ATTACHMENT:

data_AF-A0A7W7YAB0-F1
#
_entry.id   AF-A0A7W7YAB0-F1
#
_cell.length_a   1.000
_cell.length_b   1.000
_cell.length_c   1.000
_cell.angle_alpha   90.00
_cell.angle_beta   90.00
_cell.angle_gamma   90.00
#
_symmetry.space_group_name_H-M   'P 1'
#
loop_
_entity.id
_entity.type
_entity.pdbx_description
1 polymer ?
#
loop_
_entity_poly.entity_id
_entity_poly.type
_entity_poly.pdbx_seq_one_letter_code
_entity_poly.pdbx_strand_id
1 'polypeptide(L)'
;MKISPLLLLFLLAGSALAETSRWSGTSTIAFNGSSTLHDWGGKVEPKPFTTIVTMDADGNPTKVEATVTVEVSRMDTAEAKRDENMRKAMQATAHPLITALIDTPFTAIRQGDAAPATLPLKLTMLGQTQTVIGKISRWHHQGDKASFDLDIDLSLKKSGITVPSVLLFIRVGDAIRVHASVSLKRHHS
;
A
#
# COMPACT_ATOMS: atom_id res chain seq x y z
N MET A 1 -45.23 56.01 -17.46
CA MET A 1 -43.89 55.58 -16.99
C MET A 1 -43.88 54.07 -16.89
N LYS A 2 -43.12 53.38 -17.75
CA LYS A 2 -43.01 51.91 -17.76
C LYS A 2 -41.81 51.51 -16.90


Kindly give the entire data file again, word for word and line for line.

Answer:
data_AF-A0A7W7YAB0-F1
#
_entry.id   AF-A0A7W7YAB0-F1
#
_cell.length_a   1.000
_cell.length_b   1.000
_cell.length_c   1.000
_cell.angle_alpha   90.00
_cell.angle_beta   90.00
_cell.angle_gamma   90.00
#
_symmetry.space_group_name_H-M   'P 1'
#
loop_
_entity.id
_entity.type
_entity.pdbx_description
1 polymer ?
#
loop_
_entity_poly.entity_id
_entity_poly.type
_entity_poly.pdbx_seq_one_letter_code
_entity_poly.pdbx_strand_id
1 'polypeptide(L)'
;MKISPLLLLFLLAGSALAETSRWSGTSTIAFNGSSTLHDWGGKVEPKPFTTIVTMDADGNPTKVEATVTVEVSRMDTAEAKRDENMRKAMQATAHPLITALIDTPFTAIRQGDAAPATLPLKLTMLGQTQTVIGKISRWHHQGDKASFDLDIDLSLKKSGITVPSVLLFIRVGDAIRVHASVSLKRHHS
;
A
#
# COMPACT_ATOMS: atom_id res chain seq x y z
N MET A 1 -45.23 56.01 -17.46
CA MET A 1 -43.89 55.58 -16.99
C MET A 1 -43.88 54.07 -16.89
N LYS A 2 -43.12 53.38 -17.75
CA LYS A 2 -43.01 51.91 -17.76
C LYS A 2 -41.81 51.51 -16.90